CAT | Apple
A wide ranging episode that starts with a discussion of Avid’s financials, and goes all over the place from there. This episode was recorded before the release of Adobe Creative Cloud and the preview of the new MacPro. And a discussion of beer and wine seemed to be an appropriate analogy along the way. Sometimes a little heated.
The preview of the new MacPro has, not surprisingly, polarized “the Internet”. It is however exactly the computer I thought Apple would produce for a new MacPro. Well, the tubular design was a surprise, but the lack of internal drive space, expansion slots were no surprise. But the lack of NVIDA “cards” and therefore CUDA support, has alarmed many, quite needlessly.
I recently posted that 90% of what is written about Apple is Crap! but it seems it’s worse than that. Two recent articles make the point about just how bad reporting about Apple really is.
Over at The Mac Observer, John Martellaro writes what I’ve been wanting to say for a long time: almost everything written about Apple by “analysts” is either completely worthless because they know nothing; or is being written to manipulate the stock price.
Apple is not like other companies, which is why analysts et al get it wrong 90% of the time when they’re writing about Apple.
Final Cut Pro X 10.0.6 is probably the most feature-rich release since the original one. As well as the features Apple discussed at NAB 2011:
- Multichannel Audio Editing Tools
- Dual Viewers
- MXF Plug-in Support, and
- RED camera support
there’s more. Much more. Including a feature I wish they hadn’t put in and one I’m extremely pleased they did. I’m ecstatic that selective pasting of attributes is now an Final Cut Pro X feature, but I’m really annoyed that persistent In/Out points made it to this release. More on these later. (more…)
Last week Larry Jordan invited me on the Digital Production BuZZ to discuss two apparently conflicting articles:
Max Wessel on The Inevitable Disruption of Television and
Andrew Wallenstein on TV Studios too strong for Apple disruption. (Sorry about the Variety paywall.)
How to reconcile these seemingly contradictory reports? (more…)
As expected my Monday morning on-the-record briefing with Apple’s Pro Apps team was very similar to Larry Jordan’s the day before. Larry covered the bulk of the content well on his blog post about it, so I don’t feel the need to go over the same data again.
I note Larry’s request for the retention of In and Out points, and that’s certainly desirable. I “banged the drum” (strongly) for selective copy/paste of attributes and was also told the same “the announced features aren’t the only ones we’ll release” response. FWIW, I think FCP X will use a selective copy approach, since you can already select (highlight) just one group of attributes. My interest in the Solar Odyssey project also had me putting in a pitch for sharing an Event to multiple editors working on their own Projects. All we can do is suggest priorities.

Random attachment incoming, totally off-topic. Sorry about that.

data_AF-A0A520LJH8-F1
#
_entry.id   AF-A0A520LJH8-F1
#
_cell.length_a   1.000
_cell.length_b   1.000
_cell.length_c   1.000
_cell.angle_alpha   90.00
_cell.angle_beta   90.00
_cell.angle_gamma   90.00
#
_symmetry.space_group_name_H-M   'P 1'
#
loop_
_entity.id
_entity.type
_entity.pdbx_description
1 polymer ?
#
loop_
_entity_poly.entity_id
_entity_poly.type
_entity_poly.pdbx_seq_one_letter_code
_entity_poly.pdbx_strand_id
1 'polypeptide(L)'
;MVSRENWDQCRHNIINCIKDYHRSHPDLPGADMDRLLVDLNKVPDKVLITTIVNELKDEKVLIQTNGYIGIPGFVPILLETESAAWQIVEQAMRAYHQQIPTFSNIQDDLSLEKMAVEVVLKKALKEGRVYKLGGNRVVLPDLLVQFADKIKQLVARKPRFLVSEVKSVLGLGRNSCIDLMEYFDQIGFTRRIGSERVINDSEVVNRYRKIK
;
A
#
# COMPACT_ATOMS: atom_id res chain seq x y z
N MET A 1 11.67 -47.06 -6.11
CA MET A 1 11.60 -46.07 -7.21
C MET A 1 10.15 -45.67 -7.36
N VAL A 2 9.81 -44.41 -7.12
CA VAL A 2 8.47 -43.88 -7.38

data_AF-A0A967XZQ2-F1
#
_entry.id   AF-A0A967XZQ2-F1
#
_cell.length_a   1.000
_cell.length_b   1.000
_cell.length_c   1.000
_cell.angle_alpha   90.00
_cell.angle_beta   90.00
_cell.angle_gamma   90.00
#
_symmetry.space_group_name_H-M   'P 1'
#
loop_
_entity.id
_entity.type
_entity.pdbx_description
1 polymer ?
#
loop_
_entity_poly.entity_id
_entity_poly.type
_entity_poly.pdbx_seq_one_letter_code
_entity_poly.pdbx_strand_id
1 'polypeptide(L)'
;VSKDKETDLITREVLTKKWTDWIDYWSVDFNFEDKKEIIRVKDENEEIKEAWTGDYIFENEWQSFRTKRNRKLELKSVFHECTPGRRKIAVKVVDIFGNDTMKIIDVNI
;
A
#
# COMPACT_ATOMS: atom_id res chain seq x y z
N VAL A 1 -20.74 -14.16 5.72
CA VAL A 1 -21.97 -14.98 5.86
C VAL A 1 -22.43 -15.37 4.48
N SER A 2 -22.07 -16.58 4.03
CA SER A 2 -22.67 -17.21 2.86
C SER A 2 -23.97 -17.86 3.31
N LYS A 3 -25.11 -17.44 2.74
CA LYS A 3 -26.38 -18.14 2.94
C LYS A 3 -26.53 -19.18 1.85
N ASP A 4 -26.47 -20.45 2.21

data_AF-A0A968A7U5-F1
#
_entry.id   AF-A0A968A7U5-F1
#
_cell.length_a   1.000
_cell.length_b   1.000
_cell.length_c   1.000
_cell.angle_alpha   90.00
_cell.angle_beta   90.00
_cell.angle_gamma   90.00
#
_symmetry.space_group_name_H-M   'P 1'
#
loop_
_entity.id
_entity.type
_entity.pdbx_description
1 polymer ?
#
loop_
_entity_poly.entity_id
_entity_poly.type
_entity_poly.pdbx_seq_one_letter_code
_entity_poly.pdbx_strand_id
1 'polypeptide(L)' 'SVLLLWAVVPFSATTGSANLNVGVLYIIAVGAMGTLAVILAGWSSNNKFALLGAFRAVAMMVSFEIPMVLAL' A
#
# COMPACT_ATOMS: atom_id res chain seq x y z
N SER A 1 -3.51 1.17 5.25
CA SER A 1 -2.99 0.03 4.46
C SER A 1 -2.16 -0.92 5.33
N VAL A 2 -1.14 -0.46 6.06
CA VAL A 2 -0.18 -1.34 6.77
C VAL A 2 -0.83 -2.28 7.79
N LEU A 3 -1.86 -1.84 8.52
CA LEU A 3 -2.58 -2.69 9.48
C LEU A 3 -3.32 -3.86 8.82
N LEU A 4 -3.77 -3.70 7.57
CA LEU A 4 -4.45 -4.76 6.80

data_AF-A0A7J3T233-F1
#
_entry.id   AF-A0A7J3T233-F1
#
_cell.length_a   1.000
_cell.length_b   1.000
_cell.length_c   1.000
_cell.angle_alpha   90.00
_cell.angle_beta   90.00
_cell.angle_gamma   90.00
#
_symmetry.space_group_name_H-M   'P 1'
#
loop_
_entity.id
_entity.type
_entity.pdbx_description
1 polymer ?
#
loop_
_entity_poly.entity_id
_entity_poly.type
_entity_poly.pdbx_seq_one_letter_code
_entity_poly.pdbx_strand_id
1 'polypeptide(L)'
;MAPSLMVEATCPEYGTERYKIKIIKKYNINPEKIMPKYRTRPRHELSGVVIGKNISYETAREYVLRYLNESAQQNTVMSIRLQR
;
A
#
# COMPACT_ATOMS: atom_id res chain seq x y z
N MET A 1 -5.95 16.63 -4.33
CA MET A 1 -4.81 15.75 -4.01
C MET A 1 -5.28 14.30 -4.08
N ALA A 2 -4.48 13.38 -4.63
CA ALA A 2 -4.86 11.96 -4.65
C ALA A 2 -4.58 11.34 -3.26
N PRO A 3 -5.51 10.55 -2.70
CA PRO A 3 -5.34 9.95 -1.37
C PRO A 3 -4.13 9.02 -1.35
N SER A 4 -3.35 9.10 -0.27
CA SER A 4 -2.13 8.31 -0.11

But what really stuck out were two data points mentioned in the briefing that Larry didn’t comment on.
There are now more Final Cut Pro X installs than Final Cut Pro 7 installs.
I was watching the highly recommended Editor’s Lounge series of videos from the Why we make the Edit night and naturally the discussion turned to the increasing pressure to get work done faster. Derek McCants noted that where once he would have three weeks to cut an allocated segment, the expectation was it would now be done in one week. (more…)
iTunes 10.4 is now AV Foundation based, not QT http://tinyurl.com/3b2auaj
As I’ve written before, AV Foundation is the modern media playback framework for OS X. Originally developed for iOS and OS X it came to OS X with Lion, but Final Cut Pro X uses it, even on Snow Leopard (where AV Foundation is installed as a private framework in 10.6.7 and 10.6.8).
I think Apple are sending a strong message that QuickTime – as a framework for applications to use to play media – is not the way of the future. Particularly if you want a 64 bit application. While many parts of QT have been rewritten with a 64 bit wrapper as QTkit, the future is clearly away from QuickTime on OS X.
In fact, the use of QuickTime has been fading over the last decade as Apple moved to H.264/AAC in an MP4 wrapper for distribution purposes early last decade.
And now another of Apple’s media-rich applications appears to be built on AV Foundation now, instead of QuickTime, only falling back to use old QT codecs not supported under AV Foundation.
Over the last year I’ve managed to have some valuable insight on the direction Apple has been, and is, going with what became Final Cut Pro X, but of late the timing – June 21 – has got me thinking. One of the things that has bugged me is that Final Cut Pro X seems like it’s only most of a story. That there are still “other shoes to drop”. Since I don’t know how to quit when I’m “ahead” on the forward looking insight, here’s some more.